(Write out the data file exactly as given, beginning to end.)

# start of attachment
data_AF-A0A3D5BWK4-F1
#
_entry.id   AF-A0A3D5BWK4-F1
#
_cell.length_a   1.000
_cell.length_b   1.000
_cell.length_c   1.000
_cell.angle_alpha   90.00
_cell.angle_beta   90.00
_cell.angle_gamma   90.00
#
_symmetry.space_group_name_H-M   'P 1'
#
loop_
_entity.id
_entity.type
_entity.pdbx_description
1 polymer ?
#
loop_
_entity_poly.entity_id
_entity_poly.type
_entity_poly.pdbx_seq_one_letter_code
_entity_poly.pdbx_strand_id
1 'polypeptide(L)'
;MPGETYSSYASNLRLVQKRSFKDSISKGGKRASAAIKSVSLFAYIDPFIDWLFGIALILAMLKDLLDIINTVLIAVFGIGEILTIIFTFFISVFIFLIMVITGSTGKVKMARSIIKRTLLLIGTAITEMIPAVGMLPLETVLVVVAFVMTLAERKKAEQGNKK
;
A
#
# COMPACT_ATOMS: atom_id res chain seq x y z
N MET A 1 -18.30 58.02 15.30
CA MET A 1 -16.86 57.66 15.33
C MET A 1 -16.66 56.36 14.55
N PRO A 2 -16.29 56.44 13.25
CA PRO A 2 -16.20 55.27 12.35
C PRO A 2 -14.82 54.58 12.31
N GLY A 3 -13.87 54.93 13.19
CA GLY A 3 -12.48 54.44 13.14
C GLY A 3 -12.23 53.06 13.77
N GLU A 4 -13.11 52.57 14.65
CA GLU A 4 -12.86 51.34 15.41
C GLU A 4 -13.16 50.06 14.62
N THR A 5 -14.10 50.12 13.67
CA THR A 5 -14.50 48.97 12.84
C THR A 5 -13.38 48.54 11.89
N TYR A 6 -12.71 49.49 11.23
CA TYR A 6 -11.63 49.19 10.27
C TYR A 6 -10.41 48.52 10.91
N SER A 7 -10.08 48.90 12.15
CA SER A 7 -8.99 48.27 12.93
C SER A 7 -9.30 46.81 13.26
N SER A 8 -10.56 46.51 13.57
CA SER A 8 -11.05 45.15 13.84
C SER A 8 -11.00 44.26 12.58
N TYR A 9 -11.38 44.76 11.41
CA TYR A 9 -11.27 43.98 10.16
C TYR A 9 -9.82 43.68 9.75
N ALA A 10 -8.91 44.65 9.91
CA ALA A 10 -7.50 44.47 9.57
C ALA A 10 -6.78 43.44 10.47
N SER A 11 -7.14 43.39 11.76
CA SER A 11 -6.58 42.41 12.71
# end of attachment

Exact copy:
data_AF-A0A3D5BWK4-F1
#
_entry.id   AF-A0A3D5BWK4-F1
#
_cell.length_a   1.000
_cell.length_b   1.000
_cell.length_c   1.000
_cell.angle_alpha   90.00
_cell.angle_beta   90.00
_cell.angle_gamma   90.00
#
_symmetry.space_group_name_H-M   'P 1'
#
loop_
_entity.id
_entity.type
_entity.pdbx_description
1 polymer ?
#
loop_
_entity_poly.entity_id
_entity_poly.type
_entity_poly.pdbx_seq_one_letter_code
_entity_poly.pdbx_strand_id
1 'polypeptide(L)'
;MPGETYSSYASNLRLVQKRSFKDSISKGGKRASAAIKSVSLFAYIDPFIDWLFGIALILAMLKDLLDIINTVLIAVFGIGEILTIIFTFFISVFIFLIMVITGSTGKVKMARSIIKRTLLLIGTAITEMIPAVGMLPLETVLVVVAFVMTLAERKKAEQGNKK
;
A
#
# COMPACT_ATOMS: atom_id res chain seq x y z
N MET A 1 -18.30 58.02 15.30
CA MET A 1 -16.86 57.66 15.33
C MET A 1 -16.66 56.36 14.55
N PRO A 2 -16.29 56.44 13.25
CA PRO A 2 -16.20 55.27 12.35
C PRO A 2 -14.82 54.58 12.31
N GLY A 3 -13.87 54.93 13.19
CA GLY A 3 -12.48 54.44 13.14
C GLY A 3 -12.23 53.06 13.77
N GLU A 4 -13.11 52.57 14.65
CA GLU A 4 -12.86 51.34 15.41
C GLU A 4 -13.16 50.06 14.62
N THR A 5 -14.10 50.12 13.67
CA THR A 5 -14.50 48.97 12.84
C THR A 5 -13.38 48.54 11.89
N TYR A 6 -12.71 49.49 11.23
CA TYR A 6 -11.63 49.19 10.27
C TYR A 6 -10.41 48.52 10.91
N SER A 7 -10.08 48.90 12.15
CA SER A 7 -8.99 48.27 12.93
C SER A 7 -9.30 46.81 13.26
N SER A 8 -10.56 46.51 13.57
CA SER A 8 -11.05 45.15 13.84
C SER A 8 -11.00 44.26 12.58
N TYR A 9 -11.38 44.76 11.41
CA TYR A 9 -11.27 43.98 10.16
C TYR A 9 -9.82 43.68 9.75
N ALA A 10 -8.91 44.65 9.91
CA ALA A 10 -7.50 44.47 9.57
C ALA A 10 -6.78 43.44 10.47
N SER A 11 -7.14 43.39 11.76
CA SER A 11 -6.58 42.41 12.71